The recent rebound in the price of gold in light of heightened financial market volatility should serve as a reminder to investors of the “safe haven” properties that this precious metal can offer. What’s more, should more central banks resort to negative interest rate policy (NIRP) in the face of slowing global growth, gold’s safe haven status could take on added lustre.
Gold can play a safe-haven role
As seen in the chart below, the broad correlation between gold prices and global equities can vary over time. Both equities and gold enjoyed a broadly positive correlation during the commodity price boom (which ended in 2011), and which also tended to be associated with a weaker US dollar. With the recent phase of global equity market strength favouring non-resource sectors and the US dollar, the correlation between gold and equities since 2011 has turned more negative.
That said, irrespective of broad trends, recent history also suggests that gold has tended to act as a safe haven during periods of abrupt equity market volatility. Indeed, gold prices enjoyed particular strength during the early stages of the global financial crisis (before everything was sold in a desperate flight to liquidity) and gold again rose during the last decent US stock market correction in 2011. Gold prices have also bounced back solidly during the retreat in equity prices so far in 2016.
Should the recent pull back in global equity prices (and the US dollar) prove short-lived, chances are that gold prices might weaken again. That said, gold’s price behaviour so far this year suggests it may be a major beneficiary of (and so act as a hedge against) persistent global equity market volatility this year. That’s especially so if equity volatility is also associated with a weak US dollar, potentially due to the Federal Reserve deciding to leave interest rates on hold for the remainder of the year.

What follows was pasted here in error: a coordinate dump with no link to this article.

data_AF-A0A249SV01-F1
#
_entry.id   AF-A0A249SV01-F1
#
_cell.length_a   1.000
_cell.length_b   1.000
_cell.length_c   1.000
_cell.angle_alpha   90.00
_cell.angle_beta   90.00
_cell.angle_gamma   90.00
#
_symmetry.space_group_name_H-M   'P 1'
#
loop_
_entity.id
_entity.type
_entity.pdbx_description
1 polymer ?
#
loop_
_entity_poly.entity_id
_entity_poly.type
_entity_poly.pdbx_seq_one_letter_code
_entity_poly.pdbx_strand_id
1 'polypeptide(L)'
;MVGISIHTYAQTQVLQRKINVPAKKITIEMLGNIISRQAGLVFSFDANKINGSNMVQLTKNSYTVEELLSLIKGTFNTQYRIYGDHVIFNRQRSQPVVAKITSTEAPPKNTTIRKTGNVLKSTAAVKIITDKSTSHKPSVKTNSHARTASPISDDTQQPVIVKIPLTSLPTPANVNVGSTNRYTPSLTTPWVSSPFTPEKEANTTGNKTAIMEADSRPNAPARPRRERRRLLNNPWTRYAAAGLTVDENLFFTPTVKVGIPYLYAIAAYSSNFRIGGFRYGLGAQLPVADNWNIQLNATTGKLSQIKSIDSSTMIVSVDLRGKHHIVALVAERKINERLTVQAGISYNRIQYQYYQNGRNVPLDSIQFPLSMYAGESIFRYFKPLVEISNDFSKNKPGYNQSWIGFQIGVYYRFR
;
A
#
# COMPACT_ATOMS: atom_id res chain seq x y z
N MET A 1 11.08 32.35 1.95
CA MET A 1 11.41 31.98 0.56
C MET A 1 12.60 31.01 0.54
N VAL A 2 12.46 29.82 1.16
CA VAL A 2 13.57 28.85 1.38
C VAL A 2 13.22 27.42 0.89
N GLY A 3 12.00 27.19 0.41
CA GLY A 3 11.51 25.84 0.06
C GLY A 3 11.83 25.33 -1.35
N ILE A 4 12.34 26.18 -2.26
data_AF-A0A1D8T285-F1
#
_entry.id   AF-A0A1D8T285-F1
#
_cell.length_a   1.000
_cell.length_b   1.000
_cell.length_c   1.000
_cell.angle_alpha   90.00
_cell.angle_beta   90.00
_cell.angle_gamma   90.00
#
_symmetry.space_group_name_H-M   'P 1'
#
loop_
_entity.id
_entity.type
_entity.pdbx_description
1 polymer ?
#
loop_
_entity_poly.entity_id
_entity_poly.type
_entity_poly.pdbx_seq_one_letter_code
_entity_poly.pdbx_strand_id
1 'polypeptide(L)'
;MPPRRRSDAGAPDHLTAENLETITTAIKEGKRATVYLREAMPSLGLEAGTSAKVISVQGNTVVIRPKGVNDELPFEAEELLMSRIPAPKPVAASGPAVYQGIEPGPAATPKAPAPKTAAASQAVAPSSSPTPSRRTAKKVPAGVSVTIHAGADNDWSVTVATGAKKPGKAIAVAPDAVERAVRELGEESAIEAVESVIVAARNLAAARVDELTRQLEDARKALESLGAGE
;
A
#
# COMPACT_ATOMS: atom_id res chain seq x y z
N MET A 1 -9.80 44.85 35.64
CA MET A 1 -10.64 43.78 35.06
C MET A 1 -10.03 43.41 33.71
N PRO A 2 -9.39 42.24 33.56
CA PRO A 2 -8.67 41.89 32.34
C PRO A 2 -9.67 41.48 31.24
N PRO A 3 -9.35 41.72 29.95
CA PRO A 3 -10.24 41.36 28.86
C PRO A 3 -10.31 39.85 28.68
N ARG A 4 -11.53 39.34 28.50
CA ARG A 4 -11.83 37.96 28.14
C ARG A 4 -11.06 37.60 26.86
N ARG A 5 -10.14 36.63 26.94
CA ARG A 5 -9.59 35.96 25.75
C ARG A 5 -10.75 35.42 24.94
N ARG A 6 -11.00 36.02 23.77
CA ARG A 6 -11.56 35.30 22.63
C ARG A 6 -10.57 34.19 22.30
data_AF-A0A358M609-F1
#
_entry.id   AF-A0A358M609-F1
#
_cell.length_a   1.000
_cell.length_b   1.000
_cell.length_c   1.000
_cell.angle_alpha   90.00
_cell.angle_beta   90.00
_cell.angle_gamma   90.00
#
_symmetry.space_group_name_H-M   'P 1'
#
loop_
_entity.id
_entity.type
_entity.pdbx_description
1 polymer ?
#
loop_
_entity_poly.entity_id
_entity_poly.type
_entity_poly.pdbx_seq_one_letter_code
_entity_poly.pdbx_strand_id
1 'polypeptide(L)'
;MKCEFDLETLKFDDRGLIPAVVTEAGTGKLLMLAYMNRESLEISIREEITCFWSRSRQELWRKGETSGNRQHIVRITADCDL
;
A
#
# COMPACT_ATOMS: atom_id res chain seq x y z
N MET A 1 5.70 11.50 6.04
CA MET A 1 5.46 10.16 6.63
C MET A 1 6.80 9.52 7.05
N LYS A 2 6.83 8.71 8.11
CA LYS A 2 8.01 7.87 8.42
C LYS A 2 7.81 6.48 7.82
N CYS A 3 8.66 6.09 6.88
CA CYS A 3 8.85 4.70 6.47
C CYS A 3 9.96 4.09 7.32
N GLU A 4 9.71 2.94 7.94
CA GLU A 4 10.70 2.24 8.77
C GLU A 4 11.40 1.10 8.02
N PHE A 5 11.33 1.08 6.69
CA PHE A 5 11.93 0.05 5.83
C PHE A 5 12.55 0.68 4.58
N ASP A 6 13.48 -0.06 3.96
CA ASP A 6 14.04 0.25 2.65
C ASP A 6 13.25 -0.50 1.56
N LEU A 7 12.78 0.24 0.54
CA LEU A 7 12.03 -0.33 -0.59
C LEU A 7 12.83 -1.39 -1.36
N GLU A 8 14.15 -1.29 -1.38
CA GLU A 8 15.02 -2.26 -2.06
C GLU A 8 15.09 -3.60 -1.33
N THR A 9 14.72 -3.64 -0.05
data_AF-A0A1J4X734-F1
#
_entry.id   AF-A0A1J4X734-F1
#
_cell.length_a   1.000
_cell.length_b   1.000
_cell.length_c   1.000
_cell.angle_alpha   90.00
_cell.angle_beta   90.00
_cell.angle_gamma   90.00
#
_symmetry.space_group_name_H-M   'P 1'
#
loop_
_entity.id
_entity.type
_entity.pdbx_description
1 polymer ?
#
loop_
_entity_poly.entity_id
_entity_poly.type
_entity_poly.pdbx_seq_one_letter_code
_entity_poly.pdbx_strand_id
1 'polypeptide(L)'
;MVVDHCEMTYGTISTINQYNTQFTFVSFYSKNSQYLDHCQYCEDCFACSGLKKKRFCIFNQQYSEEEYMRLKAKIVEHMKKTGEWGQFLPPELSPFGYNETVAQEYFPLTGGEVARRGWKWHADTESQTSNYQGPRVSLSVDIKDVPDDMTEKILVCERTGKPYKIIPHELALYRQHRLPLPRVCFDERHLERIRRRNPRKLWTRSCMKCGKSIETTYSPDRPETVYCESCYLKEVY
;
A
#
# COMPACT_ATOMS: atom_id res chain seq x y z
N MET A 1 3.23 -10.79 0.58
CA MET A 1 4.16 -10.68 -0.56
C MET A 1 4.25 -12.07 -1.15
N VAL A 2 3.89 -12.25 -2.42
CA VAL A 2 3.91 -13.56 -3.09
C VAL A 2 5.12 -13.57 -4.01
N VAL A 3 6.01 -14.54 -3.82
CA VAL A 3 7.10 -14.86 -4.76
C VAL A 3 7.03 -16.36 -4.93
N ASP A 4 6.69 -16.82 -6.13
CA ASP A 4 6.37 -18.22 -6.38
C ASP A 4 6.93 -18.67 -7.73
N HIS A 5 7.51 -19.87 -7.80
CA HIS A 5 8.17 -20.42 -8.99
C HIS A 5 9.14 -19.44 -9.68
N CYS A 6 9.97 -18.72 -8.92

Irrespective of which specific scenario plays out, however, the main point remains: gold can be a useful source of portfolio diversification.
Negative Interest Rates could Enhance Gold’s Role as a Safe Haven
Gold’s allure as a potential safe haven during the next (inevitable) setback in global economic growth and equity prices, moreover, could be enhanced by the greater likelihood of more central banks moving toward a negative interest rates policy (NIRP).
Indeed, Europe has had a form of negative interest rate policy for 18 months, and Japan moved to negative rates on January 29. Sweden, Switzerland and Denmark also have negative interest rates to stem unwanted currency strength. And most recently, even the Federal Reserve’s Janet Yellen publicly declared that negative interest rates would be “on the table” should the US economy deteriorate.
The further short-term interest rates move into negative territory, the less appealing will be cash as a safe-haven asset (as investors will now be paying banks for the privilege of holding their cash).
Central Banks Getting in on the Action
Another factor to consider is more central banks appear to be looking to gold as a source of reserve diversification away from the US dollar, particularly now that many major non-US currencies (such as the Euro and Yen) are being actively “trashed” by their own central banks. As seen in the chart below, central banks switched from being net-sellers to net-buyers of gold in 2010. According to World Gold Council estimates, central banks collectively purchased 167 tonnes of gold in the December quarter last year, which was 25% higher than year-ago levels.